A confident coming of age horror that focuses more on the ever-changing dynamic between parent and child. The Adams family has made a very surprisingly effective film in Hellbender. One that does so much right and very little wrong – a fantastically refreshing film.
Teenager Izzy (Zelda Adams) lives a lonely life with her mother (Toby Poser), their house isolated deep in the Catskill Mountains. That scenic seclusion is no accident. Her mother has gone through enormous efforts to keep Izzy largely away from people since she was five. For her protection, and perhaps for that of others. They spend their days being each other’s best friends, teaching one another and making music in their two-piece rock band, H6LLB6ND6R. As Izzy begins to grow more into herself, she starts venturing into town, spending time with other people, and a sharp thirst for deeper knowledge is stirred. Knowledge of self, and also of her family’s mysterious history… with witchcraft.
Hellbender ticks all the wonderful genre boxes in this supernatural coming of age folk horror. A tale of isolation and prophecy, the key to the success of the film is the dynamic between Adams and Poser. As we see Izzy evolve into a more confident and powerful being, we see the power and authority that Mother once had slowly fall into the shadows as fear takes over. Be it from losing the daughter she has spent years protecting or from not knowing what her own flesh and blood will do to her.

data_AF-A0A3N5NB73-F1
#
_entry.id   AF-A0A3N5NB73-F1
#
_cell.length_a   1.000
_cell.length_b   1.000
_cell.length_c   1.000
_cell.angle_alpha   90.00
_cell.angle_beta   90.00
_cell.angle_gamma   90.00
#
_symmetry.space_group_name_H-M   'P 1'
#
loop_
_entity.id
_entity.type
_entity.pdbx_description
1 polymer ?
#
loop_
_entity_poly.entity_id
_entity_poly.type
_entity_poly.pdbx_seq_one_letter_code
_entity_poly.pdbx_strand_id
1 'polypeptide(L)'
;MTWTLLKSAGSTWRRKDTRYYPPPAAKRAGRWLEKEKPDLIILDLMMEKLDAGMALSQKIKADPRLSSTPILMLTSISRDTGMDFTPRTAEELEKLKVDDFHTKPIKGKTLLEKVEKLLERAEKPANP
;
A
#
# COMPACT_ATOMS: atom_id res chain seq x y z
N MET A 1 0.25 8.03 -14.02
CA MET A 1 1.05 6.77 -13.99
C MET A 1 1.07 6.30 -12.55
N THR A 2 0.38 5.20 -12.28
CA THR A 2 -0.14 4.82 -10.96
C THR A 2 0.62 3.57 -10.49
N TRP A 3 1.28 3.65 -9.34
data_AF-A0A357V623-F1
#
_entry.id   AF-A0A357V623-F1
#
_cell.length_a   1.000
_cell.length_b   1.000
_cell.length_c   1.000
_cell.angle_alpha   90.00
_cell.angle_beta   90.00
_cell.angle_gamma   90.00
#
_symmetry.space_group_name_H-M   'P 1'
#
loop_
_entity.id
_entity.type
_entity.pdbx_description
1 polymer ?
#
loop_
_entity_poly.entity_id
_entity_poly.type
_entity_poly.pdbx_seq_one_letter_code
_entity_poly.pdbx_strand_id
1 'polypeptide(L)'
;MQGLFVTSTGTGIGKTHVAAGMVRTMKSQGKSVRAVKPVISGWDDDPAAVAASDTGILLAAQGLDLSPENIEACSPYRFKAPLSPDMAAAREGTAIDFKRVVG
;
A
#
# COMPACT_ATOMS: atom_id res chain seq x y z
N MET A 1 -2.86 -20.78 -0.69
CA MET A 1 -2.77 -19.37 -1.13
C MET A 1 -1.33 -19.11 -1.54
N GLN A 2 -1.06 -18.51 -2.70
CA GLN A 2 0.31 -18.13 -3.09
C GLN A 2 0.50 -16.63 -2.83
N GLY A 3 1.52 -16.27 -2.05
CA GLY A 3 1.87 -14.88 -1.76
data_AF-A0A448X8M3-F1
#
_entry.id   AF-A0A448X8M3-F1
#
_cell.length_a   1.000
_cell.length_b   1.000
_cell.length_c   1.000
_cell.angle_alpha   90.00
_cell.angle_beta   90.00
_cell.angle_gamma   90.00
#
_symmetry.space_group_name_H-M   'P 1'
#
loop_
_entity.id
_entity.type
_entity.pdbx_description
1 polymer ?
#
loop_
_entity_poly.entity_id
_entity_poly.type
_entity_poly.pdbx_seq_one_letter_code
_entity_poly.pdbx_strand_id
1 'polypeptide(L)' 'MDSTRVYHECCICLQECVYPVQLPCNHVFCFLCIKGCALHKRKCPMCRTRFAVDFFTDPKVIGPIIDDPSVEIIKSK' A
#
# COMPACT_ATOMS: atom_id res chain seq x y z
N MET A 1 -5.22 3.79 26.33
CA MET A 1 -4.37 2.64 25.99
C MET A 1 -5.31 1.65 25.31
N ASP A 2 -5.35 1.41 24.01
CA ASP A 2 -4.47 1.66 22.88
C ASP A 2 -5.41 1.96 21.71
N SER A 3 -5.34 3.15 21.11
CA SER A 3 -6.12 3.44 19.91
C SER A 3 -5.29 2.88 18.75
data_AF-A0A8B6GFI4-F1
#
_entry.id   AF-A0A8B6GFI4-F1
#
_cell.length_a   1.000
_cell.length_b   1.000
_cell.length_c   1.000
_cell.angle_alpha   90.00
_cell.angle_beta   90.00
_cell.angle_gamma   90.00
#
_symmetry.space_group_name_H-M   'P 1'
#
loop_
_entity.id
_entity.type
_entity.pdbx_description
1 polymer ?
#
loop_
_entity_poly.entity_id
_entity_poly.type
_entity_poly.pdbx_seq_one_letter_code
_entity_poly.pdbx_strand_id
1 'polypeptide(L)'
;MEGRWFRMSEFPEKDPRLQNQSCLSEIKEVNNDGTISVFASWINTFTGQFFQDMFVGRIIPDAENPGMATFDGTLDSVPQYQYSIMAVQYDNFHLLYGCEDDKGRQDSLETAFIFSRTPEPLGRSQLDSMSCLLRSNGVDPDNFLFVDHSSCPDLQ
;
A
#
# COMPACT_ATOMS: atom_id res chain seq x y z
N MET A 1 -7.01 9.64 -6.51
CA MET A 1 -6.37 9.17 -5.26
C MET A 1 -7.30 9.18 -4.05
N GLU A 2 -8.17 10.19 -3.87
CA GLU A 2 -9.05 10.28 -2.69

The horror aspects are filled throughout with some rather gory moments in the final act. The tension in that opening half is built up so well, the mystery of what Mother is holding back from her daughter or how much Izzy knows of the goings on in her own home reel you slowly in. It helps that the filmmakers have us suspect Mother from the first moment we meet her due to her activities and demeanour. This leaves us to worry and feel more for Izzy, who seemingly just wants to have a normal teenage life. However, any genre fan knows that there is always a reason to a parent keeping their child as secluded as Izzy is, and it isn’t usually a positive one for those outside of that circle. As we proceed on, Hellbender begins to take a darker and more sinister tone thanks to each encounter Izzy has with others after meeting with Amber and her friends. Each interaction has you guessing as to what exactly she will do as she begins to lose herself in the aura of her supposed destiny.
Yet, a freshness is present here in what is a fairly standard story thanks to the natural real life mother daughter dynamic and how intimate the entire film is. Other than the odd scene aware from the house or nearby wooden area, this is a chamber piece with very few characters. Hellbender is almost effortless as it eases us into this little story and it resolutely makes sure not to let us go until the credits roll. This is a quiet film that takes its time and joyously inserts scenes of Mother and Izzy performing as their band, painted in makeup only for themselves.